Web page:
As Evelyn tells her story to Monique it becomes clear that she has picked Monique for a reason, that there is some connection between them. As Monique hears Evelyn’s story and discovers a shocking truth it makes her reevaluate her own life and beliefs.

I have to admit I found Evelyn’s story fascinating. It begins in the 1950’s when she’s in her teens, living in Hells Kitchen and follows her to the glamour of early Hollywood where, through sheer force of will and perseverance, she gets her big break in the movies. She trades on her looks and transforms herself into the person she needs to be to become someone in a world that doesn’t want her. She learns to play the game, she falls in love, discovers others aren’t always who they seem, has her heart broken, loses everything that matters and wins it back. It’s a truly compelling story of a wonderfully complex character.

From reading other reviews it does seem like a lot of people really don’t like Evelyn but I have to confess I admired her. Yes, she’s selfish and ruthless and does the wrong thing a lot of the time but she owns her actions which is something I love. She doesn’t apologize for them and she doesn’t regret them. She knows exactly who she is and what she’s willing to do.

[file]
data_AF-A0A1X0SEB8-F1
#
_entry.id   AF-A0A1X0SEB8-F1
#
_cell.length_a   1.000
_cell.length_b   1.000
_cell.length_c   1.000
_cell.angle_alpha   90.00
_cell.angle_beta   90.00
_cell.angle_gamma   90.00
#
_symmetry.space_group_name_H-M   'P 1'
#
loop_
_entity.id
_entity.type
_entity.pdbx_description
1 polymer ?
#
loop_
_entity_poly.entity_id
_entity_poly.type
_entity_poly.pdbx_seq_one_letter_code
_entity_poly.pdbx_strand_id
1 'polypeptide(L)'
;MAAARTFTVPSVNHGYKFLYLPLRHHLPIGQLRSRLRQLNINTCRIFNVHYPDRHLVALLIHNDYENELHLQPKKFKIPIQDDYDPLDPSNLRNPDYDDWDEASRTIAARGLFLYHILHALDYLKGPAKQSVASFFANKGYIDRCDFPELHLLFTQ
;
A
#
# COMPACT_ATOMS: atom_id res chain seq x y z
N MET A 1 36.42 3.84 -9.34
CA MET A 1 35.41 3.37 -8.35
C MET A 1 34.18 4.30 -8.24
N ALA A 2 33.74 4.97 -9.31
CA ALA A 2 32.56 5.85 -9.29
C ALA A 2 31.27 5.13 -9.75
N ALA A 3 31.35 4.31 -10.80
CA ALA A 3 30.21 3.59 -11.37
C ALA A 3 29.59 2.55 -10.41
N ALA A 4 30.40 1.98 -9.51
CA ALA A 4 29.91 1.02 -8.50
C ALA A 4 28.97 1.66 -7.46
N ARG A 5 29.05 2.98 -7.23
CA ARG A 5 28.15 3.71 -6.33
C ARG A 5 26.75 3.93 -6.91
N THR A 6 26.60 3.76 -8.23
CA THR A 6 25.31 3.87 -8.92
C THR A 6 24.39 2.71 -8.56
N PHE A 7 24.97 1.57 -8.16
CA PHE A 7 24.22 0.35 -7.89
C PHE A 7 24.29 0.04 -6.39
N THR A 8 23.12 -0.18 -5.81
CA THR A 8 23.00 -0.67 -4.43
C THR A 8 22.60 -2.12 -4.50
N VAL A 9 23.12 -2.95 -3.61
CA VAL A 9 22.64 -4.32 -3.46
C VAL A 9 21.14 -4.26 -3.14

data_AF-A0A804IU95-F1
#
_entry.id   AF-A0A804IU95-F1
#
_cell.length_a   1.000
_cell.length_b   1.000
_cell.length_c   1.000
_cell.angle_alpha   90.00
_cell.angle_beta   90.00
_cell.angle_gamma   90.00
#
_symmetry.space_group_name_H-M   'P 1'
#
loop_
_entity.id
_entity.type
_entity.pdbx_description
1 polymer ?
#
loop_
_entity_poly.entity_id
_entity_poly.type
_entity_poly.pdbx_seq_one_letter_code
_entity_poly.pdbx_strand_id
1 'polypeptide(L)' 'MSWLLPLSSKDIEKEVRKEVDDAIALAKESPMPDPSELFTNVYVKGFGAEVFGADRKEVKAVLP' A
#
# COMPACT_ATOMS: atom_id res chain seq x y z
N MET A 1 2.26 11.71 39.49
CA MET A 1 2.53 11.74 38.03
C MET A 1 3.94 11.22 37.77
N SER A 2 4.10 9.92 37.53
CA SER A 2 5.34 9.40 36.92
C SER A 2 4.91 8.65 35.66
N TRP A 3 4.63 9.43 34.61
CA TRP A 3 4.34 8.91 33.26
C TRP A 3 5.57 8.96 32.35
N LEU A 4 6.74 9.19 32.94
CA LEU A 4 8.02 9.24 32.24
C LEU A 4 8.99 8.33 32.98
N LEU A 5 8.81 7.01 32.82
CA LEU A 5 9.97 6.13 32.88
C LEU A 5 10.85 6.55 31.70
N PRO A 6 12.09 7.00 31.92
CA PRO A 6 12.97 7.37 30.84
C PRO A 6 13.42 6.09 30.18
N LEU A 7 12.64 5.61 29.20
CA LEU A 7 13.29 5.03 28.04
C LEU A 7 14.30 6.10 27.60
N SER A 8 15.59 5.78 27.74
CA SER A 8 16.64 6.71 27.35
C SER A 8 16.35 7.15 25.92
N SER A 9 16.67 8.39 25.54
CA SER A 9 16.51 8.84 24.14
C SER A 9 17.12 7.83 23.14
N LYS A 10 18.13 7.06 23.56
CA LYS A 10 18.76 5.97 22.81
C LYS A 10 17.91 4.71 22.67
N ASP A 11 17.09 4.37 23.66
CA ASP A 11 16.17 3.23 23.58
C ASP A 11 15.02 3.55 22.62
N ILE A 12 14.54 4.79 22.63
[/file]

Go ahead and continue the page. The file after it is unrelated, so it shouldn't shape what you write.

So if we’re going by the metric that all’s well that end’s well, then I guess it’s safe to say that I’m not sorry.

When I was starting this book I did wonder if seven husbands was a bit much, if it would be too many characters and relationships for me to become invested in any particular one, or if I would even remember each husband but they’re so well crafted that they can’t help but be memorable and every one of them brought something to the story.

I will say that Harry Cameron, husband five and Evelyn’s best friend, was far and away my favourite. He’s not without his own demons but the relationship between them is truly something to be envied even if it isn’t necessarily romantic love. The others are a bit of a mixed bag. A couple seem like they could be the real thing, some of which become disappointments, there are marriages of convenience (usually Evelyn’s convenience) and there are unexpected true partnerships which redefine what love and family really means.

Interspersed among these stories of Evelyn is Monique in the present day. She isn’t necessarily the strongest character, she’s trying to get over the break up of her own marriage and lacking confidence, but she really grows throughout the story as she learns from Evelyn. So much so that by the end I was cheering her on and completely heartbroken when she finds out the truth about why Evelyn picked her to write her story.